Display the working image in batch mode

I am moving forward in learning how to work with macros in imagej, but sometimes, when i feel i am getting the angst of it, really simple macro take me back to the basics. haha

So, i was creating a macro to simply crop some images that lately i will analyse with CellProfiler, but for every image the position of my sample is different. This means that i have to move the specified cropping area for each image manually. Only problem, i cannot display the image i am working on in batch mode.

I assure you that as usual i searched everywhere for an answer before asking, but i am probably missing something.

macro "crop"{
     file1= getDirectory("Choose a Directory FOR Channel");
    list1= getFileList(file1); 
     file2= getDirectory("Choose a Directory FOR Output");
    list2= getFileList(file2); 
      fileNamewe = File.nameWithoutExtension;
      nameew = fileNamewe;
      run("Enhance Contrast", "saturated=0.35");
      run("Specify...", "width=960 height=1280 x=1080 y=1140");
      window = getImageID();
      waitForUser("Select larvae");
      saveAs("tiff", file2+nameew);

So, i resorted to ask all of you. Sorry if my question is stupid.

Ah, maybe i can use this post to ask something else too. The microscope we use for this kind of easy scanning is an evos fl auto2, that acquire the area and stitch it, but in the stitched images there are some intensity between the tiles. Potentially not a huge problem, but i wonder if there are methods to ameliorate or remove this difference…

Thank you all for helping a little noob!

Question I:
Simply delete or comment out the


setBatchMode is used to speed up macro processing by NOT displaying images.

If you NEED to display the image then don’t use setBatchMode(true).

Question II:
Either use homogeneous illumination
or correct your image backgound.

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Question I:
ok, i am an idiot. I learned how to use that command line in some tutorial and i believed it was a default command to run a batch. As i said, i am a at the firsts attempt, so thank you a lot for answering.

Question II:
I tried to correct the back ground, but the result was not so good, so i will try with homogeneous illumination.

Thank you again!

Not sure how you created these recordings (no experience with the setup). Your background varies but is rather constant in a tile. Did you set illumination, exposure time to ‘automatic’ or did you set them to constants? The former might explain the differences and can be easily solved by locking these settings somehow while tile scanning. Of course, make sure you first set optimal conditions for the object you want to image. When zooming in and measuring part of the larvae is overexposed (=>=255). Maybe you have an option to use monochrome16-bit recording…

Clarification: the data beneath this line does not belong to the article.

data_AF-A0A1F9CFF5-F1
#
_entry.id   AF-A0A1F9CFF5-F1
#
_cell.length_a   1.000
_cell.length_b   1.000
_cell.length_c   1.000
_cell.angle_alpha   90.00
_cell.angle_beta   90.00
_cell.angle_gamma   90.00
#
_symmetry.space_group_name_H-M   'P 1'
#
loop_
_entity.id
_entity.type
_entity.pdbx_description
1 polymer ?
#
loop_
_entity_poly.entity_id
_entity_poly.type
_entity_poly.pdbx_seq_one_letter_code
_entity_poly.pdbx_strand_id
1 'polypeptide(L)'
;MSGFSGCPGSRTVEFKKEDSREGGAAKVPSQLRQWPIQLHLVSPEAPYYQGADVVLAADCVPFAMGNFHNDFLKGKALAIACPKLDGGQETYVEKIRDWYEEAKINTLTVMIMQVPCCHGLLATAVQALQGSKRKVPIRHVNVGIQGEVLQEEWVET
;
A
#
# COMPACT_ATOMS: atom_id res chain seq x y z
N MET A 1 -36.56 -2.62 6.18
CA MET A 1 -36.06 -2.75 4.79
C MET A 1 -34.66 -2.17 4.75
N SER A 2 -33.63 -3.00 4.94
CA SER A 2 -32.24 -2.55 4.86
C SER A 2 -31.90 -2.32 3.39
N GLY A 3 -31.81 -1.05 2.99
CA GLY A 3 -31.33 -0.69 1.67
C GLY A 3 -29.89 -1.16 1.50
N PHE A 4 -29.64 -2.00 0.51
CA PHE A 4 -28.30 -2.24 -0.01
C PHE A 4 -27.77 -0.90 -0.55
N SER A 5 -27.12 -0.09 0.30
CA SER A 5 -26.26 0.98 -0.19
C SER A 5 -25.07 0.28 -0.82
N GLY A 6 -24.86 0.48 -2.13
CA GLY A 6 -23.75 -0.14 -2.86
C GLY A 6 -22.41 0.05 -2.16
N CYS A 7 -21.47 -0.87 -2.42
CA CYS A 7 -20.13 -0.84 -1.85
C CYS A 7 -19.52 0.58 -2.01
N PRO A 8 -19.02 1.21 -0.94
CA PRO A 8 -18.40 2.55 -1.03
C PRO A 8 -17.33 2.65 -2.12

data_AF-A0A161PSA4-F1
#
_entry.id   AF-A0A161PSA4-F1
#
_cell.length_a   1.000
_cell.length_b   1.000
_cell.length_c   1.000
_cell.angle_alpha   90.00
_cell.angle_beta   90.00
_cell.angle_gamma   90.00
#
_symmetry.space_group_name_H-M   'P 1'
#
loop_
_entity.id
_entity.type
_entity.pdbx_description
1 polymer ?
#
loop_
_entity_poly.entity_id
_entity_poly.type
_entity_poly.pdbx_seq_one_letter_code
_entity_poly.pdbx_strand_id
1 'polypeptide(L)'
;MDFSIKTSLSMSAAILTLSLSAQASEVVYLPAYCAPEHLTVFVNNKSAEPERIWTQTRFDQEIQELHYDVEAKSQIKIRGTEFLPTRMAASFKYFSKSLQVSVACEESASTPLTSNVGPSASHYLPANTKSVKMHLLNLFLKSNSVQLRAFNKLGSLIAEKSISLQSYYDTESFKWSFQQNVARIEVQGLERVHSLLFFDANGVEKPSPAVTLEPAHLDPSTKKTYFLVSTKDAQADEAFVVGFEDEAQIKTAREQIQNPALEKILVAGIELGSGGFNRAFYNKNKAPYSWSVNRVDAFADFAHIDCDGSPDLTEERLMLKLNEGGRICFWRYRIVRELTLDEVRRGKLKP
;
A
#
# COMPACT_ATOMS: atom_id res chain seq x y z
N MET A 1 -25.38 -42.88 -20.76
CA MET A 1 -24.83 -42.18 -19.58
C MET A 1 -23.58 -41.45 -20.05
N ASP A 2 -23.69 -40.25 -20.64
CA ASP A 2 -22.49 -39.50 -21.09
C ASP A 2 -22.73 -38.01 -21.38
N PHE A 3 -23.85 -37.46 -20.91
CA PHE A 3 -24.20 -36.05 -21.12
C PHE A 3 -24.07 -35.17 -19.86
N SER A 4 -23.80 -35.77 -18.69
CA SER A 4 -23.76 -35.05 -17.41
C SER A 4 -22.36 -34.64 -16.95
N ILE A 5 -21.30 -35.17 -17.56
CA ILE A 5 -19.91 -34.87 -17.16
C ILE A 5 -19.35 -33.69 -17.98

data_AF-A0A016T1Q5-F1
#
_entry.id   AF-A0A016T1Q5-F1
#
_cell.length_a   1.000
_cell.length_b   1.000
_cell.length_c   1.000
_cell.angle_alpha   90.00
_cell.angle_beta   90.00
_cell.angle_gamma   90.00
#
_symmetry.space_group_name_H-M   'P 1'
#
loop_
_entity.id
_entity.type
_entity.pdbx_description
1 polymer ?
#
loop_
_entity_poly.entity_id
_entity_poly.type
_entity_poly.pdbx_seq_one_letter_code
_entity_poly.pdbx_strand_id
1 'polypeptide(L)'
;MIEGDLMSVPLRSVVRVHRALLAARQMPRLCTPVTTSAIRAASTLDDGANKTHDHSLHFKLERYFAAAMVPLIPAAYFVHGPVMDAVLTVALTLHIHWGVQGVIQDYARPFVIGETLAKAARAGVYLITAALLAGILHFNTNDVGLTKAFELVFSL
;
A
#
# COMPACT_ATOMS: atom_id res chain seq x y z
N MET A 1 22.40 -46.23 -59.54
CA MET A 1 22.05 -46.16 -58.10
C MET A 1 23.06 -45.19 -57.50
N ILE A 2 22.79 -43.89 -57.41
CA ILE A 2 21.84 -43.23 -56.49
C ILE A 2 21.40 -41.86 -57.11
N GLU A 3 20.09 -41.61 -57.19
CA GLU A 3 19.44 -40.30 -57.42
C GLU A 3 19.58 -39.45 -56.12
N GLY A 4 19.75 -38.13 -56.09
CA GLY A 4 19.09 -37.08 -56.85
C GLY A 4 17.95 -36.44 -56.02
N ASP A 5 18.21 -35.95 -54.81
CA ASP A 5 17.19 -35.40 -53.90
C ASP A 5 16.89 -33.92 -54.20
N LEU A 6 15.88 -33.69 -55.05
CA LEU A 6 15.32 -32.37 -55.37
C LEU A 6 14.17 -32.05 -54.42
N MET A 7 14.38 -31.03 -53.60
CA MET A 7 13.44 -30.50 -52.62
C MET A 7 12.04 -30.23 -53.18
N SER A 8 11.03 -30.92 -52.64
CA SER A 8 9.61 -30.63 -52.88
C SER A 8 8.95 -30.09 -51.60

And don’t use jpg, use tiff instead.

From proper images it would be easy/easier to find the larvae automatically by macro, removing the need for user interaction. Try to get the image symmetrical wrt. the petri dish (? the circle).

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We used an evos fl auto 2 in autoscan mode. Usually i acquire in manual mode, but considering the nature of the screening i decided to attempt the auto mode. This machine was created for cell colture screening, so is really not adaptable to my setup. Biggest difference is that in manual mode i have access to settings such as light, exposure and gain, while in auto i have single parameter called lightening, that i tried to adjust as much as possible. Furthermore, in manual i can save in 16bit tif, while here i am forced in png. I am diving in the user manual to see if it’s possible to change this.

The larvae are in a 24 well plate and i was thinking about using the matching template macro built by acquifer (machine born for doing what we want and that we aim to acquire), but for this time would have been overkill. I will attempt to use it for when we will switch to 48 or 96 well plate.

Thank you a lot for the feedback!

I noticed that of each tile the top left has a different amount of light than the bottom right. You might want to get that one corrected too; maybe it is a matter of centring the lamp and centring the objective and matching the three lenses.
And while you are at it, maybe record a ‘flat field’ image, where no object is in the path of light (or an empty well), so you can divide the images by the flat field image to do some shading correction too.